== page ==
Share

Ectropion in Dogs

 
By Josie F. Turner, Journalist specialized in Animal Welfare. Updated: July 31, 2017
Ectropion in Dogs

See files for Dogs

Ectropion is a canine disease in which the eyelid rolls outwards, exposing the inside of the eyelid. With the conjunctiva - inner eyelid - being exposed, the dog is prone to suffering eye problems of various types, and even runs the risk of losing its sight.

This disease has different possible causes. A primary or direct cause is simply improper development of the dog, whilst secondary or indirect causes can include the dog's previous diseases. This AnimalWised article will show you the symptoms, causes, diagnosis, treatment and prevention of ectropion in dogs.

You may also be interested in: Common Health Problems in Basset Hounds

Symptoms of ectropion in dogs

The symptoms of this ocular disease are very obvious and easy to detect. They include:

  • Drooping lower eyelids and separation from the eyeball, allowing you to see the conjunctiva and the third eyelid.
  • Red or inflamed conjunctiva.
  • Marks on the face, caused by the flow of tears that don't pass through the tear ducts.
  • Inflammation of the eye.
  • Recurring bacterial eye infections.
  • Recurring irritation of the eye caused by foreign objects.
Ectropion in Dogs - Symptoms of ectropion in dogs

Causes and risk factors

Canine ectropion is known as "primary" when caused by the poor development of the dog, with a well-known genetic predisposition.

On the other hand, it is "secondary" when it results from other factors. In this case, it's generally caused by trauma, inflammation, foreign bodies, infections, corneal ulceration, paralysis of facial nerves, rapid and notable weight loss and loss of muscle tone around the eyes. Dogs suffering from hypothyroidism may also suffer from ectropion as a consequence of myxoedema and facial paralysis.

Primary ectropion usually occurs in puppies, and is more common in larger breeds and those with very loose skin and folds, such as Saint Bernards, Great Danes, Bloodhounds, Bullmastiffs, Newfoundlands, Shar-peis and some Spaniels and Retrievers. Secondary ectropion, on the other hand, is more common in older dogs.

How is ectropion diagnosed

Canine ectropion can usually be diagnosed simply by looking at the pet. The dog's breed and medical history help to identify the probable causes, which are very important to know in order to request other complementary studies.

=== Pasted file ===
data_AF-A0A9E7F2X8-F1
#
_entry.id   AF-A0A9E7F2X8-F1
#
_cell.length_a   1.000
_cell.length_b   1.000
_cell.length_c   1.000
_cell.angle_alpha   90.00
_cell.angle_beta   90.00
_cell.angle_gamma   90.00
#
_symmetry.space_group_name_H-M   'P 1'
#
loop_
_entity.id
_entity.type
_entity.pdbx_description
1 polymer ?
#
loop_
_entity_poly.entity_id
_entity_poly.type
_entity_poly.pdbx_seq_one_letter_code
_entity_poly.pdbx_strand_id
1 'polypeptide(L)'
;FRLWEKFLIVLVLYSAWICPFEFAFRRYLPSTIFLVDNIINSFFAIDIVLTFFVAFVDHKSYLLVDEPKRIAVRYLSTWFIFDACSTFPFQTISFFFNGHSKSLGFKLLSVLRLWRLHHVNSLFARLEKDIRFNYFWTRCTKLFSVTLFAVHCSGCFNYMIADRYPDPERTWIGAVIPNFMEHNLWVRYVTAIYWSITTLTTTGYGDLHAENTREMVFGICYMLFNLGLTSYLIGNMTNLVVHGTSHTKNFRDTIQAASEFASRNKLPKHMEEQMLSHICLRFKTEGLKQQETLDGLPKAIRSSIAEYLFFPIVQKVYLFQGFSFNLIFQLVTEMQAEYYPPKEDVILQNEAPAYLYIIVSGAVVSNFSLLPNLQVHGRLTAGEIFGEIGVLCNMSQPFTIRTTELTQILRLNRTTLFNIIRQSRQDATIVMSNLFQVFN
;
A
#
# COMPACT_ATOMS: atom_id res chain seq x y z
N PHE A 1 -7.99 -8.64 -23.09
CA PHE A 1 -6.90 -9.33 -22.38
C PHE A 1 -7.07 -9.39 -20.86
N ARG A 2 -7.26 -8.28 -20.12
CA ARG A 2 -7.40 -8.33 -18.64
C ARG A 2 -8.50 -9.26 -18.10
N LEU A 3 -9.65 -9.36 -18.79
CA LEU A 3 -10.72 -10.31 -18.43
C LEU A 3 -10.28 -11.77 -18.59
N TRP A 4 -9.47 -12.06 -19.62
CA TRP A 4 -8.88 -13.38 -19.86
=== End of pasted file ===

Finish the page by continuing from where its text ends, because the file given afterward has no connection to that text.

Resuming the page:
Once canine ectropion has been diagnosed, the vet will perform a complete eye examination on the dog to identify the probable causes and decide on the best course of treatment.

Ectropion in Dogs - How is ectropion diagnosed

Treatment of ectropion

The treatment of this disease is usually very simple. A prescription of eye drops or other lubricants is given in mild to moderate cases to help keep the eyeball moist. Antibiotics are also administered for secondary infections.

If the ectropion is caused by another disease, such as hypothyroidism, it should be treated in the same way. Treatment for severe cases of ectropion requires surgery. Whatever the case, the prognosis is positive.

Ectropion in Dogs - Treatment of ectropion

How to prevent ectropion in dogs

Canine ectropion is prevented by keeping the dog's eyes healthy before more serious problems develop. It's also recommended not to breed with dogs that suffer from this condition.

Ectropion in Dogs - How to prevent ectropion in dogs

This article is purely informative. AnimalWised does not have the authority to prescribe any veterinary treatment or create a diagnosis. We invite you to take your pet to the veterinarian if they are suffering from any condition or pain.

If you want to read similar articles to Ectropion in Dogs, we recommend you visit our Eye problems category.

Write a comment about Ectropion in Dogs

Add an image
Click to attach a photo related to your comment
What did you think of this article?

Ectropion in Dogs
1 of 5
Ectropion in Dogs

Back to top